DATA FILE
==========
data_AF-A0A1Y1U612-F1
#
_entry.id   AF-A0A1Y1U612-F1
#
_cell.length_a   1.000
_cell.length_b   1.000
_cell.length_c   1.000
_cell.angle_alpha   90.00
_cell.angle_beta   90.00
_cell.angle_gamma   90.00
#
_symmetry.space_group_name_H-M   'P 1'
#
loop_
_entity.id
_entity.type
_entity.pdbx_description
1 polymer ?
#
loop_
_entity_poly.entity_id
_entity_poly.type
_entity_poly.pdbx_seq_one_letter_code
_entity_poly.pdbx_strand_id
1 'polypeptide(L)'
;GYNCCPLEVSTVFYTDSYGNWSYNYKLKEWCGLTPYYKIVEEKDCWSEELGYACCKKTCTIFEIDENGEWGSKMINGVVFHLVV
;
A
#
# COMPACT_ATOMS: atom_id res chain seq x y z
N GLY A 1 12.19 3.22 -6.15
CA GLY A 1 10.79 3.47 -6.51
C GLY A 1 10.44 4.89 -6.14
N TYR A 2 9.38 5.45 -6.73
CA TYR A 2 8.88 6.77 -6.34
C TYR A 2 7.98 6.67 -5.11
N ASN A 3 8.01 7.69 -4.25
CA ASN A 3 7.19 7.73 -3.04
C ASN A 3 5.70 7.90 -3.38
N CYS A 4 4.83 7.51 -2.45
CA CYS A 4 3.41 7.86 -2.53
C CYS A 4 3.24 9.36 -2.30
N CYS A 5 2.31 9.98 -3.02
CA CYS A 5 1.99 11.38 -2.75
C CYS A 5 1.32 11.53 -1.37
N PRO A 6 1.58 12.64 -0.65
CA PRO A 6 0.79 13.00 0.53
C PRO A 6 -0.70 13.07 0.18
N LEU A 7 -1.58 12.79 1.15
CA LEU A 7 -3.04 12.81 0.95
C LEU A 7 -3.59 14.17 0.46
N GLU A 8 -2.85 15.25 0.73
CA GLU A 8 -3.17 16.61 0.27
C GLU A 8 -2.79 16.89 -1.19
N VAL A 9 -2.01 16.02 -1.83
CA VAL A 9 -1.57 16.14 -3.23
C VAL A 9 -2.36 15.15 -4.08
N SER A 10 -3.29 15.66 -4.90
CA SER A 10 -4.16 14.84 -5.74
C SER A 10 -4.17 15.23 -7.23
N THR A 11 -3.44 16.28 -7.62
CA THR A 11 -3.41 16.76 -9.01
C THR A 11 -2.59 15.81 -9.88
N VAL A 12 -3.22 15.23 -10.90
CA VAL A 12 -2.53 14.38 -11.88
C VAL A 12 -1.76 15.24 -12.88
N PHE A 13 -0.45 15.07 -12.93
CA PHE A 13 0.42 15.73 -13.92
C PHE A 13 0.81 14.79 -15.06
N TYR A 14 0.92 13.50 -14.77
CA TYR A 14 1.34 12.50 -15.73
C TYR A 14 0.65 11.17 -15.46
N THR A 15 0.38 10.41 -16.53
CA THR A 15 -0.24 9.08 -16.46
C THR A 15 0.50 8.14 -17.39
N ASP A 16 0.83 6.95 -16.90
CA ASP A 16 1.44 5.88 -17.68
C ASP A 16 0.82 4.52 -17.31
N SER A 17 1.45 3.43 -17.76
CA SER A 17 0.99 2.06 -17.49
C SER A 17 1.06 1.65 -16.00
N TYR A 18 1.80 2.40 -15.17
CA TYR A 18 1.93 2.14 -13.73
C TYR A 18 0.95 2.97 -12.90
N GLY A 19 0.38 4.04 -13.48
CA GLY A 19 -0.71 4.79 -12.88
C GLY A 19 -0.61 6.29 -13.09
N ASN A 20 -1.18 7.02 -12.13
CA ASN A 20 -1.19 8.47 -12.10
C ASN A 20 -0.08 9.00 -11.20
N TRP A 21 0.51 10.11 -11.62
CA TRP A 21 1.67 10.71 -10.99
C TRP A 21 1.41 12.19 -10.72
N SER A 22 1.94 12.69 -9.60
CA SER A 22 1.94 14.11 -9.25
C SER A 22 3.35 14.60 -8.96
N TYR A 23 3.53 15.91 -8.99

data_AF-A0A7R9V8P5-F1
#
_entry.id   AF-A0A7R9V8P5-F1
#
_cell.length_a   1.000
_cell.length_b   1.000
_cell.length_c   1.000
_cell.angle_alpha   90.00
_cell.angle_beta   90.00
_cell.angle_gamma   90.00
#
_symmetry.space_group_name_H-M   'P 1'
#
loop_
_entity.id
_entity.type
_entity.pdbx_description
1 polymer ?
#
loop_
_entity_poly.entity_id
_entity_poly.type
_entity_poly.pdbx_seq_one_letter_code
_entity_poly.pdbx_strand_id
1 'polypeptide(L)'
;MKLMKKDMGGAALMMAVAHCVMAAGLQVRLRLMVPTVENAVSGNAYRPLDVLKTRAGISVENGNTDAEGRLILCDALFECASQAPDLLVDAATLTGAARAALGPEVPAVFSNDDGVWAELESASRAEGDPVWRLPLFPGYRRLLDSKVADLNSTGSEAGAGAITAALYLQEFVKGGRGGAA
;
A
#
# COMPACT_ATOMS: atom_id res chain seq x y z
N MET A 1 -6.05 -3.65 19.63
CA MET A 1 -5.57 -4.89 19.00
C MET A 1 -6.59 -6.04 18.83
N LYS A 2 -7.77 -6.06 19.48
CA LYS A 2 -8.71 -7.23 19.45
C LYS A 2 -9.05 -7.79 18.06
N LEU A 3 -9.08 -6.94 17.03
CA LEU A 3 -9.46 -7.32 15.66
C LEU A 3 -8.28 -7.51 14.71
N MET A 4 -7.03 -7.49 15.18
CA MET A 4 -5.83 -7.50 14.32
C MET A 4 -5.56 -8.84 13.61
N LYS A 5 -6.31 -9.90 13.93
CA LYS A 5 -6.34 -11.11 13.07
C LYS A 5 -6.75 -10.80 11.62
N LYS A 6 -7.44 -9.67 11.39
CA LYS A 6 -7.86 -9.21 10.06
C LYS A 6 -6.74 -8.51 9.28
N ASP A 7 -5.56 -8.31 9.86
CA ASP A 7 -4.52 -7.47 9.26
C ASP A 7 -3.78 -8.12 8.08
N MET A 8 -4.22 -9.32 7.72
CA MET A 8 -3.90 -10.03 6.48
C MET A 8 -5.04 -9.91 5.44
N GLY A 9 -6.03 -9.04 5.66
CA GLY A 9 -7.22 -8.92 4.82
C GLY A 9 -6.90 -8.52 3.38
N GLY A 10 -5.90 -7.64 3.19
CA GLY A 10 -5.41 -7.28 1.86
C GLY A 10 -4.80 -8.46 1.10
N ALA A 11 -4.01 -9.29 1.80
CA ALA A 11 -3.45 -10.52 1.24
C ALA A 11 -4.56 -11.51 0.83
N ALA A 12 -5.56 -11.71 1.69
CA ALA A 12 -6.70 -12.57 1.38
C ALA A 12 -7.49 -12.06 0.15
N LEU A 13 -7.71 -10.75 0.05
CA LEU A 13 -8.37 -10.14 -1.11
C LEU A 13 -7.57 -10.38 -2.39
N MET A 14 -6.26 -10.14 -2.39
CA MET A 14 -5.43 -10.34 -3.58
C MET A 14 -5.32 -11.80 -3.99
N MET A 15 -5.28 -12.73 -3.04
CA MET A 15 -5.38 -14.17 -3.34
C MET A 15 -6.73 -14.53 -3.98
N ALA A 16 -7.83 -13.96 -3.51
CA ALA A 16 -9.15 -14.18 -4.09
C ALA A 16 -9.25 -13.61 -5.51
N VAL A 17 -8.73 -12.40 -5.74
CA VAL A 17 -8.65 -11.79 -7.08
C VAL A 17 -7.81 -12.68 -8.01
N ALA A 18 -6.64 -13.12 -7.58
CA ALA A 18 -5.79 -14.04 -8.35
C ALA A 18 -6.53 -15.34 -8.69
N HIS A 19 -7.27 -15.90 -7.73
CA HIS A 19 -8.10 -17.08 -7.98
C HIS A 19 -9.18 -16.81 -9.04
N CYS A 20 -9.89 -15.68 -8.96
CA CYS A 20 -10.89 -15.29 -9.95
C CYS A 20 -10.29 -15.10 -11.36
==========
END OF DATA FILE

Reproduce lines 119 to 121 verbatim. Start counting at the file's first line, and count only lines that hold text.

_entity_poly.type
_entity_poly.pdbx_seq_one_letter_code
_entity_poly.pdbx_strand_id